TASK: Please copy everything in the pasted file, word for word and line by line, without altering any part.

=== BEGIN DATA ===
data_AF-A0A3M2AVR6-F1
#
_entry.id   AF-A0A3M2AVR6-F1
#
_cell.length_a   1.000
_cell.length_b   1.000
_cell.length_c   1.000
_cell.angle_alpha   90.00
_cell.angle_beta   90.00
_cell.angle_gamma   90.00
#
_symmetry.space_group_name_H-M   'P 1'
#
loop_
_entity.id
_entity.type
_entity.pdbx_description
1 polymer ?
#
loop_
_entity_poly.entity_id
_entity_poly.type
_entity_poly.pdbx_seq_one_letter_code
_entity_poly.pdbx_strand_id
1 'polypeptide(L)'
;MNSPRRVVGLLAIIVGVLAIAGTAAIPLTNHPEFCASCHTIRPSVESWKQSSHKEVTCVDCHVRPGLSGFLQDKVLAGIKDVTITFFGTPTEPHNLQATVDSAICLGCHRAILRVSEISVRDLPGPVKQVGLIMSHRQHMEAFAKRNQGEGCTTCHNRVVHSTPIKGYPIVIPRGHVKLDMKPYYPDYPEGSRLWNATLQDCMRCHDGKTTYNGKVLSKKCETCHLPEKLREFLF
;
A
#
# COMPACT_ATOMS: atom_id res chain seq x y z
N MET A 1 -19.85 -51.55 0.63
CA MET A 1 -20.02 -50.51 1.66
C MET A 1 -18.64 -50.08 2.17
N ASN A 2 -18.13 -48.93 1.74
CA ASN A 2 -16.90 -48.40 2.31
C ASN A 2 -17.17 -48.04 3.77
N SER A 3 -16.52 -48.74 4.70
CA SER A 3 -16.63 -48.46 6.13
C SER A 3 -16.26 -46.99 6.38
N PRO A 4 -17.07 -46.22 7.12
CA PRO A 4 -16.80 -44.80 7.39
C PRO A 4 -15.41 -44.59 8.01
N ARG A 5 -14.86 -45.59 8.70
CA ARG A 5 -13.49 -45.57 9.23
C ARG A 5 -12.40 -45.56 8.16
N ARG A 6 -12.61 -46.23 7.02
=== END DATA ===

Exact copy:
data_AF-A0A3M2AVR6-F1
#
_entry.id   AF-A0A3M2AVR6-F1
#
_cell.length_a   1.000
_cell.length_b   1.000
_cell.length_c   1.000
_cell.angle_alpha   90.00
_cell.angle_beta   90.00
_cell.angle_gamma   90.00
#
_symmetry.space_group_name_H-M   'P 1'
#
loop_
_entity.id
_entity.type
_entity.pdbx_description
1 polymer ?
#
loop_
_entity_poly.entity_id
_entity_poly.type
_entity_poly.pdbx_seq_one_letter_code
_entity_poly.pdbx_strand_id
1 'polypeptide(L)'
;MNSPRRVVGLLAIIVGVLAIAGTAAIPLTNHPEFCASCHTIRPSVESWKQSSHKEVTCVDCHVRPGLSGFLQDKVLAGIKDVTITFFGTPTEPHNLQATVDSAICLGCHRAILRVSEISVRDLPGPVKQVGLIMSHRQHMEAFAKRNQGEGCTTCHNRVVHSTPIKGYPIVIPRGHVKLDMKPYYPDYPEGSRLWNATLQDCMRCHDGKTTYNGKVLSKKCETCHLPEKLREFLF
;
A
#
# COMPACT_ATOMS: atom_id res chain seq x y z
N MET A 1 -19.85 -51.55 0.63
CA MET A 1 -20.02 -50.51 1.66
C MET A 1 -18.64 -50.08 2.17
N ASN A 2 -18.13 -48.93 1.74
CA ASN A 2 -16.90 -48.40 2.31
C ASN A 2 -17.17 -48.04 3.77
N SER A 3 -16.52 -48.74 4.70
CA SER A 3 -16.63 -48.46 6.13
C SER A 3 -16.26 -46.99 6.38
N PRO A 4 -17.07 -46.22 7.12
CA PRO A 4 -16.80 -44.80 7.39
C PRO A 4 -15.41 -44.59 8.01
N ARG A 5 -14.86 -45.59 8.70
CA ARG A 5 -13.49 -45.57 9.23
C ARG A 5 -12.40 -45.56 8.16
N ARG A 6 -12.61 -46.23 7.02